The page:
The security to protect the connection between a wireless network and computers, smartphones and tablets has been breached and could leave every wi-fi device wide open to hackers.
The WPA2 (Wi-Fi Protected Access) protocol, used to protect basically every secure wi-fi network in the world, has been cracked according to security expert Mathy Vanhoef who found a vulnerability.
This bug is known as KRACK – short for Key Reinstallation Attack – and exploits a flaw in WPA2 which exists in the protocol’s four-way handshake used to allow devices with the right password to join the network.
WHAT DOES THIS MEAN?
Worst case scenario would allow a hacker to use KRACK to get around the WPA2 encryption and see everything you’re looking at, take over connections and add their own content into the network.
“All protected wi-fi networks use the four-way handshake to generate a fresh session key. So far this 14-year old handshake has remained free from attacks,” Mathy Vanhoef says in his report.
“However we show the four-way handshake is vulnerable to a key reinstallation attack. Here the adversary tricks a victim into reinstalling an already in-use key.
“This is achieved by manipulating and replaying handshake messages.
“We confirmed our findings in practice, and found that every wi-fi device is vulnerable to some variant of our attacks.”
WHAT DO WE DO NOW?
Should you stay off wi-fi? No not at all.
This is a proximity risk which means the attacker would have to use this bug within reach of your network.
Unlike other online threats that can affect users on the other side of the world, KRACK needs to be deployed in your vicinity.
SO ARE WE OK?
Not really. All it will take for this to spread is hackers ganging up and cracking open previously secured wi-fi networks to see what they can find.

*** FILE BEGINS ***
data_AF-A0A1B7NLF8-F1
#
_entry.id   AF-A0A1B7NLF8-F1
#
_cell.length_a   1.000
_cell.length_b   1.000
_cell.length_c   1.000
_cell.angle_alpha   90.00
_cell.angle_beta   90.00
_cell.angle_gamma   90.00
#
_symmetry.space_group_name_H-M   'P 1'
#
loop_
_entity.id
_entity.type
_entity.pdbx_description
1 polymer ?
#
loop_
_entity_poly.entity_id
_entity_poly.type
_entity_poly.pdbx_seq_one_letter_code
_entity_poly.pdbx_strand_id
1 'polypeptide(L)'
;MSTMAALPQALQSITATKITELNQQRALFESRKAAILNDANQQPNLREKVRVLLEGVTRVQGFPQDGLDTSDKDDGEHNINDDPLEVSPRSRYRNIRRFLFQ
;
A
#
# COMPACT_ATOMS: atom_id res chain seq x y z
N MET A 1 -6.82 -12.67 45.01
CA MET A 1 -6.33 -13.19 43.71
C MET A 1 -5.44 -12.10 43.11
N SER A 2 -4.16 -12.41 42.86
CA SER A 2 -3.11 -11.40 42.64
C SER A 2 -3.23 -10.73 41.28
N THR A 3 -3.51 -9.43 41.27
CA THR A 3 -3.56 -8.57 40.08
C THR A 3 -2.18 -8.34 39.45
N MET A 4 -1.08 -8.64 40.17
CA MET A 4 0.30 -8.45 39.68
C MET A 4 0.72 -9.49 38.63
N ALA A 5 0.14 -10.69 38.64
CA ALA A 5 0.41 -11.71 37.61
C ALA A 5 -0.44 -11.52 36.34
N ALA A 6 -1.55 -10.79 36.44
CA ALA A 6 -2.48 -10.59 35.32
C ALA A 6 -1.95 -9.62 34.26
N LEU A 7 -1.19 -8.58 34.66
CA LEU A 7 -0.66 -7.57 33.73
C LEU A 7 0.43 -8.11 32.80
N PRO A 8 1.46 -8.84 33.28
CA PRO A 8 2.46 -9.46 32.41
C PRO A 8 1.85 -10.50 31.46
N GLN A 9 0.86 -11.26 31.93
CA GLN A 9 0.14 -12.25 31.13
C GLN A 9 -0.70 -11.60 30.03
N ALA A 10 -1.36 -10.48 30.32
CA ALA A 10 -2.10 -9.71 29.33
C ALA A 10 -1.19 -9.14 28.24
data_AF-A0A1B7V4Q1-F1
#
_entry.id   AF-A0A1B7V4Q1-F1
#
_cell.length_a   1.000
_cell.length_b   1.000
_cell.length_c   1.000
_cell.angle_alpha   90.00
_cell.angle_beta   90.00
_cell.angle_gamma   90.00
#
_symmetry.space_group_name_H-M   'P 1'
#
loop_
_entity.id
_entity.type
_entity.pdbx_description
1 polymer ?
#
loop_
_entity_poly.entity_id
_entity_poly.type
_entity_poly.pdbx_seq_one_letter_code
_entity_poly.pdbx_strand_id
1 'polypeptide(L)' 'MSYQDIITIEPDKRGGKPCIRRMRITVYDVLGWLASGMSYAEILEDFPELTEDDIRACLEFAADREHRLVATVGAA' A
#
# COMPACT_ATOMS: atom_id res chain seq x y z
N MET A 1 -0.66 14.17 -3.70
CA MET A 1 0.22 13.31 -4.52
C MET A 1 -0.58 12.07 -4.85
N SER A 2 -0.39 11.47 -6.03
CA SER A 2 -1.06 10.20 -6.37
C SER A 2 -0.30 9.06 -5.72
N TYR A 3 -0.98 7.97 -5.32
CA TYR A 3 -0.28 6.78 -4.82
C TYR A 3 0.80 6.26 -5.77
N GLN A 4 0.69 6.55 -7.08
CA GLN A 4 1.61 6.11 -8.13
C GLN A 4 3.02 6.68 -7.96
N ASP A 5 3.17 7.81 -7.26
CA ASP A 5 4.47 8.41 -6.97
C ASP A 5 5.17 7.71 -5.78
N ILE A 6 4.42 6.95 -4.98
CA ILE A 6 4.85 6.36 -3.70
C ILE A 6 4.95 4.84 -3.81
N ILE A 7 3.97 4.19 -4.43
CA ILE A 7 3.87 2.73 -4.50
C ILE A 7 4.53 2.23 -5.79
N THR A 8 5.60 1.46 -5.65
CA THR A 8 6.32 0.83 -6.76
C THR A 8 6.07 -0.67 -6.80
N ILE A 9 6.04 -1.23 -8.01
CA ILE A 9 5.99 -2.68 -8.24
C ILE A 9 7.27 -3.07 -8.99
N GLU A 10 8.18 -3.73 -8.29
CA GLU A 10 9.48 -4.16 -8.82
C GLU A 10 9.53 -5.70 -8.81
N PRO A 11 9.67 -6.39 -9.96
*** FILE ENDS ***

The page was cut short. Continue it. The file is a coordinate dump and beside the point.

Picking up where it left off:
It’s like every house in the street being left unlocked and intruders being allowed to wander inside. And even if you’re home you won’t be able to see them and they can help themselves to every bit of information they can find.
WHAT CAN WE DO?
Visiting secure websites – with an address that starts with HTTPS – is still safe.
Using a VPN (Virtual Private Network) – which creates your own private tunnel to the internet – may also make you invisible to a network intruder.
If you’re using a smartphone, it would be safer to connect to the internet using the cellular network rather than wi-fi.
WHAT HAPPENS NEXT?
An encryption protocol is another word for the virtual lock and key of a network.
But simply changing the locks won’t work here because this previously impregnable lock is all we’ve got.
It’s all we’ve got because it hasn’t been cracked in the 14 years it has been used across the world.
The four-way handshake may be updated to a six-way or eight-way handshake – but that’s easier said than done.
The last time something like this happened when the previous WEP (Wired Equivalent Privacy) protocol was cracked in 2001 – it took years for new routers with the WPA2 to appear – but there weren’t anywhere near as many of us online back then either.
Today it is a completely different story with not only more people on wi-fi but even more devices including our phones, computers and even out TVs and countless other devices.
Security experts are no doubt working on a patch to this issue as we speak.